Virtual Presentation SRB Virtual Awards 2020

Elemental Metabolomics to identify pregnancies at risk of fetal growth restriction and preeclampsia (#10)

Daniel McKeating 1 , Tu'uhevaha Kaitu’u-Lino 2 , Joshua Fisher 3 , Stephen Tong 2 , Teresa MacDonald 2 , Sue Walker 2 , William Bennett 1 , Anthony Perkins 1
  1. Griffith, Gold Coast, QLD, Australia
  2. Mercy Perinatal, Melbourne, VIC, Australia
  3. The University of Newcastle, Hunter Medical Research Institute, Newcastle, NSW, Australia

Micronutrition has been shown to correlate with detrimental, placental related, pregnancy outcomes such as preeclampsia (PE), and fetal growth restriction (FGR). The consequences of both disorders cause life-long complications for mother and child. This project aims to use elemental metabolomics to identify relationships between the concentrations of key trace elements and pregnancy risk factors. Using bioinformatic algorithms elemental metabolomic profiles will determine if nutritional variations observed in plasma enables early prediction of pregnancy complications.

Plasma samples were from a nested case cohort study from a prospective collection of 2000 samples (the Fetal Longitudinal Assessment of Growth Study) at the Mercy Hospital for Women, Melbourne Australia. Following sample extraction, inductively coupled plasma mass spectrometry (ICP-MS) was used to measure 28 elements in plasma from 328 patients preceding diagnosis of any pregnancy complications (n=193 control, n=97 FGR, n=44 PE).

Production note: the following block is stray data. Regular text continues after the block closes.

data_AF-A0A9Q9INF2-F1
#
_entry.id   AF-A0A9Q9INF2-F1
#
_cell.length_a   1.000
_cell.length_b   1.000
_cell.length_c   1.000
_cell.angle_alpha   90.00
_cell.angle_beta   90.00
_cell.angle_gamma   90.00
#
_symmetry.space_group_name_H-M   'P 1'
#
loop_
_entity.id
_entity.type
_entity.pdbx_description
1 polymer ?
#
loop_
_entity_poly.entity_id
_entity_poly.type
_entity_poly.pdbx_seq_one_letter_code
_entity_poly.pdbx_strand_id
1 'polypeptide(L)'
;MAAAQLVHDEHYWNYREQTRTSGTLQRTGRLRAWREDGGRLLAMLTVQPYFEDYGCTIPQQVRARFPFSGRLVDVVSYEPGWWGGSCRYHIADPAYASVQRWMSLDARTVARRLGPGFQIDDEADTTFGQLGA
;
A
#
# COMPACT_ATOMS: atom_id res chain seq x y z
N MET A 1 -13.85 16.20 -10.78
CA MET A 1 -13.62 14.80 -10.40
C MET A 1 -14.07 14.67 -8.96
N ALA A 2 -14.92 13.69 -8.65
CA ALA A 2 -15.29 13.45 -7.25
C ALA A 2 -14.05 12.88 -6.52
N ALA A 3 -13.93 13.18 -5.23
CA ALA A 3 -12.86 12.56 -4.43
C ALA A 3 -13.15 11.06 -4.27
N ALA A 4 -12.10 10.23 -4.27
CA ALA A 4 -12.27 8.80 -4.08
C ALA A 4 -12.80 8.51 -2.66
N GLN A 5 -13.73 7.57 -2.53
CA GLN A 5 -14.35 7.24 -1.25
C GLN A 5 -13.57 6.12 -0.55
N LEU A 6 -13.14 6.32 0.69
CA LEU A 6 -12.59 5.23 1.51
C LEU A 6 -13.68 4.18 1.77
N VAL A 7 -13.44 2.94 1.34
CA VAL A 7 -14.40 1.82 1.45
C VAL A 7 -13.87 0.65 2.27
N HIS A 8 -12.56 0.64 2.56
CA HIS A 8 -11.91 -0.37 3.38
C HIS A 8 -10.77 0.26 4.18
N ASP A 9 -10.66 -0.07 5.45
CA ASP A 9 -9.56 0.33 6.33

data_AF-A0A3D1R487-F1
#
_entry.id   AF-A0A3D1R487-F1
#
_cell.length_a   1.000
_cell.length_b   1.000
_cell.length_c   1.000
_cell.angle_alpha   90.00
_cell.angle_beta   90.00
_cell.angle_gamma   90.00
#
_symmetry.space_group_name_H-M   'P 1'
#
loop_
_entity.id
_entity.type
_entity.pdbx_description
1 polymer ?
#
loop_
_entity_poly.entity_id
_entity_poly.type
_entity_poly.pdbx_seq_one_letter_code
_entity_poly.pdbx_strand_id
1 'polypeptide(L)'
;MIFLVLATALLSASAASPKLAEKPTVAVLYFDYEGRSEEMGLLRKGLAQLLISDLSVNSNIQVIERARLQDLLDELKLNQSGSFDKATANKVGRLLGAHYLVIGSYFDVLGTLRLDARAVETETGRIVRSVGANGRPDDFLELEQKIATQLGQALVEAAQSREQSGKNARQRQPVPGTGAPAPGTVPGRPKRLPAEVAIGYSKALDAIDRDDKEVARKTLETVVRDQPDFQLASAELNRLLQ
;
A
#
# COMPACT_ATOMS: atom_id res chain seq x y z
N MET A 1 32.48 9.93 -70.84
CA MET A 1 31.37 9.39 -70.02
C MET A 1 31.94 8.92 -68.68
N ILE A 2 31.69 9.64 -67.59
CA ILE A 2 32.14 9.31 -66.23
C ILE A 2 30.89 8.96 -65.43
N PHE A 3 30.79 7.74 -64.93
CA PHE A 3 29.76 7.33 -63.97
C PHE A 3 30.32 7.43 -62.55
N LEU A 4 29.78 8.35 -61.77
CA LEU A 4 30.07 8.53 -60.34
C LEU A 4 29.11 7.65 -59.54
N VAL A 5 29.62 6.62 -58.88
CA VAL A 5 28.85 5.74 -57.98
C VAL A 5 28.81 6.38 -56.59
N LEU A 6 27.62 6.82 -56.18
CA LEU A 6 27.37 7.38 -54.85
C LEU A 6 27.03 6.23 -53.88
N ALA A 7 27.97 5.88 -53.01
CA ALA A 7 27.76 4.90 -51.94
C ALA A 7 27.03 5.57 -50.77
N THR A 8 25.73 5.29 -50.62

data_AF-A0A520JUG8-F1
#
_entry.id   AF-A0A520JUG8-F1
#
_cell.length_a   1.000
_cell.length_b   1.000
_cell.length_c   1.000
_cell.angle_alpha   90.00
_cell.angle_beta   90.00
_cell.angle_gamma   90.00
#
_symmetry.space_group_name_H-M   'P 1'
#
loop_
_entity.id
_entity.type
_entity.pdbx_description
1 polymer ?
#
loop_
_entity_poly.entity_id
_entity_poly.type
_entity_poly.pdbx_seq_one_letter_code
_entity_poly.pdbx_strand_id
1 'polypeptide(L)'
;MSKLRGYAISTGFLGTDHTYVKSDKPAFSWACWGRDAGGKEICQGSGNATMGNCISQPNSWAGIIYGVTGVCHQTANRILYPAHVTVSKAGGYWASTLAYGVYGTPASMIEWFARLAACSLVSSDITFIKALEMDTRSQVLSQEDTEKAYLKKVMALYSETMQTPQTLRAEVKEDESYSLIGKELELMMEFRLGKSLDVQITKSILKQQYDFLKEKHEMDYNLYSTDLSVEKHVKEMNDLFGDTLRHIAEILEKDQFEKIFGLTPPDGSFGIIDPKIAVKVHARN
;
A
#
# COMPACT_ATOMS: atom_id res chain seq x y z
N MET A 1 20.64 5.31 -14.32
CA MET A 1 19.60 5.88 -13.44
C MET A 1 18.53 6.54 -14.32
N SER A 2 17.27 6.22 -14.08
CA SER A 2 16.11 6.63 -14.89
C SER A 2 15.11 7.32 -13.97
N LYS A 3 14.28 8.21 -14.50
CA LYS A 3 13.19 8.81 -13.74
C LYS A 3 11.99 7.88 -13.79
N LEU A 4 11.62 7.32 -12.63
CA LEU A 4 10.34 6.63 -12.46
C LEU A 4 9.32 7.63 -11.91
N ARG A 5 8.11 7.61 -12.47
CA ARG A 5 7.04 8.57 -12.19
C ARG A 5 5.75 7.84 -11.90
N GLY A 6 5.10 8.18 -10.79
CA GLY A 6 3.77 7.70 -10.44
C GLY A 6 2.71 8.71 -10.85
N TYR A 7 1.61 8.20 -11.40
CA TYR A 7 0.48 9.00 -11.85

The ratio of Na+/Ca2+ provided the best means of differentiation for PE, with a receiver operating characteristic (ROC) curve area under curve (AUC) of 0.704 when comparing to controls. Univariate ROC analysis of FGR samples observed that utilising a combination of Na+ and Cu2+ was able to provide preliminary predictive capability of 0.621 – 0.628 AUC. Combing the univariate analysis, with the use of random forest algorithm, allowed for the creation of multivariate predictive models for both complication groups. Multivariate modelling was able to accurately predict 75% of women who would later develop PE (34 of 44), and 63.4% of those who would develop FGR (59 of 97).

This study successfully applied elemental metabolomics to a moderately sized cohort of maternal samples from 36-week pregnant women. The predictive capacity of generating micronutrient profiles with ICP-MS for gestational disorders holds significant potential as a non-invasive assessment of maternal and fetal health, with a possible novel intervention strategy of targeted micronutrient supplementation.